“You’re sorry,” Stiles bitterly stated, staring at the way his fists pressed against Derek’s chest. “Sorry isn’t enough, Derek.”
“I must have called you a thousand times, Stiles,” Derek started. “I tried to fix this—me. Everything I did, I never meant it to turn out like this.”
“Well, it did,” Stiles coldly stated. His fingers started to loosen around the material of Derek’s shirt.
That was when Derek caught the scent of heartbreak coming from Stiles. It was faint, almost nonexistent when Stiles was tailing him. But the scent had started to build once they entered the loft—once Stiles had started to talk to Derek.
“I’m sorry for breaking your heart.” The words were almost a faint whisper spoken in the hollowed out space. The silence that followed them was complete agony as they both just stood there, neither willing to look at each other.
The first hit was light, almost nonexistent—as if a small animal was pawing at a bigger one for help. The next hit of Stiles’ fists against Derek’s chest was harder. And then they started to come in rapid succession, a parade of small hits that hammered out everything neither of them could say.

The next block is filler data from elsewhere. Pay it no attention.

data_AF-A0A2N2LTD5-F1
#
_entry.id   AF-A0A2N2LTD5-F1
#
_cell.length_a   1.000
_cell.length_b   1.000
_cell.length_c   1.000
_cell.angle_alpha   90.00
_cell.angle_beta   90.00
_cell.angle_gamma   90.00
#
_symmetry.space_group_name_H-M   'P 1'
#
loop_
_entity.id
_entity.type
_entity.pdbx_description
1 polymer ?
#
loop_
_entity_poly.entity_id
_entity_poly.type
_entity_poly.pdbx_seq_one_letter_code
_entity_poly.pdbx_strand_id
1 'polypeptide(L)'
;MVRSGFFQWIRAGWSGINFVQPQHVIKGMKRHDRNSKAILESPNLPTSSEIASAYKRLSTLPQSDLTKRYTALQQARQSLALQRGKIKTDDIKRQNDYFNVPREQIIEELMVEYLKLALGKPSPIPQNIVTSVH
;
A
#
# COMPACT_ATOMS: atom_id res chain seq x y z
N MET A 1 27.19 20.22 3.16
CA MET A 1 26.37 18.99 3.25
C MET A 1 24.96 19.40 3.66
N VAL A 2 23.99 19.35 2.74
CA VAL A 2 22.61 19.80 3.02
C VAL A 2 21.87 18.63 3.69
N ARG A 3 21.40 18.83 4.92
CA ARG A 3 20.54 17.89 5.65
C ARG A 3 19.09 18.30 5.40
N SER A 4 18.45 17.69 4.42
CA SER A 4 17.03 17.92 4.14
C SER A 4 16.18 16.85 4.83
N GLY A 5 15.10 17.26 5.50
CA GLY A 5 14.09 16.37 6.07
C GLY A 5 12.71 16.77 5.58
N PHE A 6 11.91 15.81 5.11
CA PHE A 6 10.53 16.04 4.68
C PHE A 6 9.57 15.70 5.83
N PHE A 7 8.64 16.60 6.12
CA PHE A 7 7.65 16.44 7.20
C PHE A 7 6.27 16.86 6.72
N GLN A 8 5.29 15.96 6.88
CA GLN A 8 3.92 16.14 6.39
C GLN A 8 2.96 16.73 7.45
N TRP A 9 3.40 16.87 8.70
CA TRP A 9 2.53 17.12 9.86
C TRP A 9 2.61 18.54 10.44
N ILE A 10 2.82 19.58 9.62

Derek held onto Stiles’ sides in an attempt to stabilize him as he let everything go. The beats were warm against his chest, almost breathing life back into his body that he hadn’t felt in a long time.
Stiles’ hands collided with Derek’s chest until they were numb—until Stiles was sobbing through bitter, angry tears as he muttered words at Derek.
Derek let Stiles release everything because he knew he could take it—he could be this for Stiles.
They sat against one of the loft’s wall—just under the window panes—for what felt like days, Stiles curled against Derek’s chest as his breathing finally slowed down.